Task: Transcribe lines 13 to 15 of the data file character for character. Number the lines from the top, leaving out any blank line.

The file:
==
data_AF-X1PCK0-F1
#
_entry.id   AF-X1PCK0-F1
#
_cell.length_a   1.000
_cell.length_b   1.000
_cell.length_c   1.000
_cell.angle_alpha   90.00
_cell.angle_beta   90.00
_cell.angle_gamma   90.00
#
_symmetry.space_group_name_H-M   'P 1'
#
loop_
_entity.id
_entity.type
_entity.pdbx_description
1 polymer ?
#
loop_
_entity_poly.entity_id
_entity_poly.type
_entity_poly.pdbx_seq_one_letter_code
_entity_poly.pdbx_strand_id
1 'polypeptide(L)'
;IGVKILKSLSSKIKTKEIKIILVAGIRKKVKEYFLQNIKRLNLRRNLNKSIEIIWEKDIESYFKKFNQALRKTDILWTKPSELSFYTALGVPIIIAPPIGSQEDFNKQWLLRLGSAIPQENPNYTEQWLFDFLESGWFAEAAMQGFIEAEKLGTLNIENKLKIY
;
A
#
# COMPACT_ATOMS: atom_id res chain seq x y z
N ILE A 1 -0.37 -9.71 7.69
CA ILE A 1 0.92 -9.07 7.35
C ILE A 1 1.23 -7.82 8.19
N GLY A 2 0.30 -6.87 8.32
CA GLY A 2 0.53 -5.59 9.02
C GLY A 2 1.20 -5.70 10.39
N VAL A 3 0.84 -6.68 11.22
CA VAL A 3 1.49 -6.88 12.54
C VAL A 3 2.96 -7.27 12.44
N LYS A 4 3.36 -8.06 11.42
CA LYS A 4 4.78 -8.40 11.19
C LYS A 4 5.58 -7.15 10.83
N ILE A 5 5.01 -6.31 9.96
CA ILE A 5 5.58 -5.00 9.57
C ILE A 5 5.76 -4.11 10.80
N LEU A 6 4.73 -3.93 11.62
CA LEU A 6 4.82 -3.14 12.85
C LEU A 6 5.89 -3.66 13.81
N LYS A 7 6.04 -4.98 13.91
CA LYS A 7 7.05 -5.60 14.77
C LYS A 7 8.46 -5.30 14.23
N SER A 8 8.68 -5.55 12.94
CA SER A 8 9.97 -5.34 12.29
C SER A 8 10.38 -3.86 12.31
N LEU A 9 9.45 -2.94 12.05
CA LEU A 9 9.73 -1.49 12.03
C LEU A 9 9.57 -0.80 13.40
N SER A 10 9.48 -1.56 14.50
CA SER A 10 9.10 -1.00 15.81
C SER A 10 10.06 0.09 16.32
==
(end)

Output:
#
loop_
_entity.id